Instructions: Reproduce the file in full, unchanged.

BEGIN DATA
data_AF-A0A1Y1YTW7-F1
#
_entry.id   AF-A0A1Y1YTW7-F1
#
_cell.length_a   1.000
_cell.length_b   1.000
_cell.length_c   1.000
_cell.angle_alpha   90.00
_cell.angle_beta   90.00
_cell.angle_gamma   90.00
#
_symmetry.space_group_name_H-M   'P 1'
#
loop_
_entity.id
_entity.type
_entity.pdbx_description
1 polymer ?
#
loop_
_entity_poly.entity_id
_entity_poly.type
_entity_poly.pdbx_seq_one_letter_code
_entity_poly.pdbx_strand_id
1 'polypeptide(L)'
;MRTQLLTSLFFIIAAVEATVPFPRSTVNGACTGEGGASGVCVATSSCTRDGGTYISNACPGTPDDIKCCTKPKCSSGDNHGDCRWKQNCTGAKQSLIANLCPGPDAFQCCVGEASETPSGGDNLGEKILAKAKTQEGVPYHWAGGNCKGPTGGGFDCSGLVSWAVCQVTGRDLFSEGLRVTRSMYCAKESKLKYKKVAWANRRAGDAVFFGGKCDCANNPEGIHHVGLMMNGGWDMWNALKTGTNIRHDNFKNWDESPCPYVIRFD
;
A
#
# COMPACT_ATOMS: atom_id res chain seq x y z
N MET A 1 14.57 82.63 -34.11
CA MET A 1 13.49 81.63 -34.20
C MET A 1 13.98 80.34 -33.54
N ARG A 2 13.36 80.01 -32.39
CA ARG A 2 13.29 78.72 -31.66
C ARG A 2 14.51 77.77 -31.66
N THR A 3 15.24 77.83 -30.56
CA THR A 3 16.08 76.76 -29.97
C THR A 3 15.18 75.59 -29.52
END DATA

data_AF-A0A1Y1YTW7-F1
#
_entry.id   AF-A0A1Y1YTW7-F1
#
_cell.length_a   1.000
_cell.length_b   1.000
_cell.length_c   1.000
_cell.angle_alpha   90.00
_cell.angle_beta   90.00
_cell.angle_gamma   90.00
#
_symmetry.space_group_name_H-M   'P 1'
#
loop_
_entity.id
_entity.type
_entity.pdbx_description
1 polymer ?
#
loop_
_entity_poly.entity_id
_entity_poly.type
_entity_poly.pdbx_seq_one_letter_code
_entity_poly.pdbx_strand_id
1 'polypeptide(L)'
;MRTQLLTSLFFIIAAVEATVPFPRSTVNGACTGEGGASGVCVATSSCTRDGGTYISNACPGTPDDIKCCTKPKCSSGDNHGDCRWKQNCTGAKQSLIANLCPGPDAFQCCVGEASETPSGGDNLGEKILAKAKTQEGVPYHWAGGNCKGPTGGGFDCSGLVSWAVCQVTGRDLFSEGLRVTRSMYCAKESKLKYKKVAWANRRAGDAVFFGGKCDCANNPEGIHHVGLMMNGGWDMWNALKTGTNIRHDNFKNWDESPCPYVIRFD
;
A
#
# COMPACT_ATOMS: atom_id res chain seq x y z
N MET A 1 14.57 82.63 -34.11
CA MET A 1 13.49 81.63 -34.20
C MET A 1 13.98 80.34 -33.54
N ARG A 2 13.36 80.01 -32.39
CA ARG A 2 13.29 78.72 -31.66
C ARG A 2 14.51 77.77 -31.66
N THR A 3 15.24 77.83 -30.56
CA THR A 3 16.08 76.76 -29.97
C THR A 3 15.18 75.59 -29.52